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Advice on Court Summons for Debt

I received a court summons for approx. $1400. I am willing to work out a payment plan so I can avoid getting a judgment.

I received a court summons for approx. $1400. I am willing to work out a payment plan/settlement so I can avoid getting a judgment and not going to court. They will only settle for $1200. I was wondering, is that logical? I tried contacting the original creditor and they said that it isn't with them anymore it's with the law office that served me the summons. I once settled a $4000 credit card for $1100, so I don't understand how this particular agency won't (maybe can't?) go any lower.

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Bill's Answer
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Updated: Oct 20, 2014

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Highlights

  • Never ignore a summons, if you receive one.
  • Consult with an attorney, to fully understand the extent of harm you can suffer.
  • Try to negotiate a lump sum settlement.

First of all, I am not an attorney, so I cannot provide you with legal advice. You may want to consult with an attorney in your area regarding this legal matter. However, I will provide you with some general information that may help you in resolving this matter.

The civil suit papers or court summons you refer to in your question are frequently called a Summons and Complaint. The summons, which should be the first page of the documents you received from the court, should state the time period in which you have to file a response to the complaint with your local courts. If you decide that you would like to respond to the complaint, the court clerk should be able to provide you with the necessary forms.

I would recommend that you attempt to resolve this debt with the creditor or the creditor’s attorney before they take any further collection action. If you obtain a fairly sizeable portion of the balance, the creditor may be willing to settle the debt. For example, if you can offer 60% of the outstanding balance in a lump sum payment, the creditor may be willing to forgive the remaining balance and dismiss the court case. Contact the creditor’s attorney to discuss settlement of the debt and keep trying to negotiate. If you come to a dead-end there, you have the option to set up a payment plan.

If you cannot access a lump sum to settle the debt, the creditor may be willing to accept monthly payments to stop further collection activity, but will probably not dismiss the case against you. The creditor will want to obtain a judgment against you just in case you do not make your scheduled monthly payments. Again, contact the creditorÂ’s attorney to discuss possible repayment plans and ask them about a stipulated judgment payment plan.

If you do not resolve this matter, the creditor will likely obtain a judgment and proceed to attempt to collect on the judgment. Depending on the state you live in, judgment execution could include wage garnishment, bank levies, and property liens, and other actions. I encourage you to speak with an attorney licensed in your area to discuss the implications of a judgment against you, and what is the best course of action to resolve the account. You can review your own state's collection laws and statutes of limitations.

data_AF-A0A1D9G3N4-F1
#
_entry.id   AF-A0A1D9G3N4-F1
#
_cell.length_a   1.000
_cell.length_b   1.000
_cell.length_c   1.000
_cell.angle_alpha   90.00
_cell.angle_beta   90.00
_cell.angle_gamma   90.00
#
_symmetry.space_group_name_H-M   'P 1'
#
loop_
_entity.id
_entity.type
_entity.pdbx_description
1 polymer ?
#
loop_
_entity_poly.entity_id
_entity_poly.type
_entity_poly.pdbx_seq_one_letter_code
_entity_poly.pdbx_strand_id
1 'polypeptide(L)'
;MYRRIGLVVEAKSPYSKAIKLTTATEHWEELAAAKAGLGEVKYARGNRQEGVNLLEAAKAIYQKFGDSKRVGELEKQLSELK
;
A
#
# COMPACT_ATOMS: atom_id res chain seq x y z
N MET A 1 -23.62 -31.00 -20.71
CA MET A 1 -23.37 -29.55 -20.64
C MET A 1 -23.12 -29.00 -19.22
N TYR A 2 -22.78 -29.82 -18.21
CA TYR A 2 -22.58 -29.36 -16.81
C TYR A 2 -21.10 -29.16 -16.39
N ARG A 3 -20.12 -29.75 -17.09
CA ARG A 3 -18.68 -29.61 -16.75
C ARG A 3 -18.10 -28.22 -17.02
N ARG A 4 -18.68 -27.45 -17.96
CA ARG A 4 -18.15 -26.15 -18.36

For more information about debt, and for debt help resources, I encourage you to visit the Bills.com Debt Help page.

I hope this information helps you Find. Learn. Save.

Best,

Bill

Bills.com

6 Comments

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  • SA
    May, 2011
    shaheen a
    i live in nort carolina i got summon from the court my credit card debt 12000. ler me know what should ido thanks
    0 Votes

    • BA
      May, 2011
      Bill
      Consult with a North Carolina lawyer who has experience in consumer law or civil litigation to learn how to respond to a summons properly in your state.
      0 Votes

  • BA
    Mar, 2010
    Bill
    No, it is not too late to file bankruptcy after a judgment is filed. However, you need to research whether you qualify. Consult with a California attorney who has experience in consumer bankruptcy.
    0 Votes

  • 35x35
    Mar, 2010
    Leo
    I'm in CA, Alameda County to be exact. I recently received a summon for a CC debt which I plan to work with the CC company to get into a settlement and repayment plan. If I cannot get into an agreement, I plan to respond to the summon and show up in court to explain my financial situation. My salary is in the median for single earner and after all bills are paid each month, I just don't have anything left. Here is my question: If I go to court and ordered to pay for what I owe plus interest and fees, is it too late to file for bunkruptcy?
    0 Votes

  • 35x35
    Apr, 2009
    Nathan
    Depending on the type of bankruptcy you filed for in 2004, you may or may not be able to file for it again. You should check with a bankruptcy attorney to see if you qualify. About the summons, you still have time to reach some sort of a payment arrangement with the creditors, but you should also not ignore the summons. You need to present yourself in court and explain your situation to the judge. If you do not go, then a default judgment will be passed against you for which the creditor might get the court to order wage garnishments.
    0 Votes

  • 35x35
    Apr, 2009
    Angelica
    If I filed for Bancruptcy in late 2004 but find myself in a worse financial situation now, my home was foreclosed and I could owe deficiencies on our home and debt from the 2nd mortgage and credit card debt...can I still file for bancruptcy? I don't have any way to pay lumpsum payments for a recent $7,000 credit card summons...what can i do to prevent creditors from garnishing my wages?
    0 Votes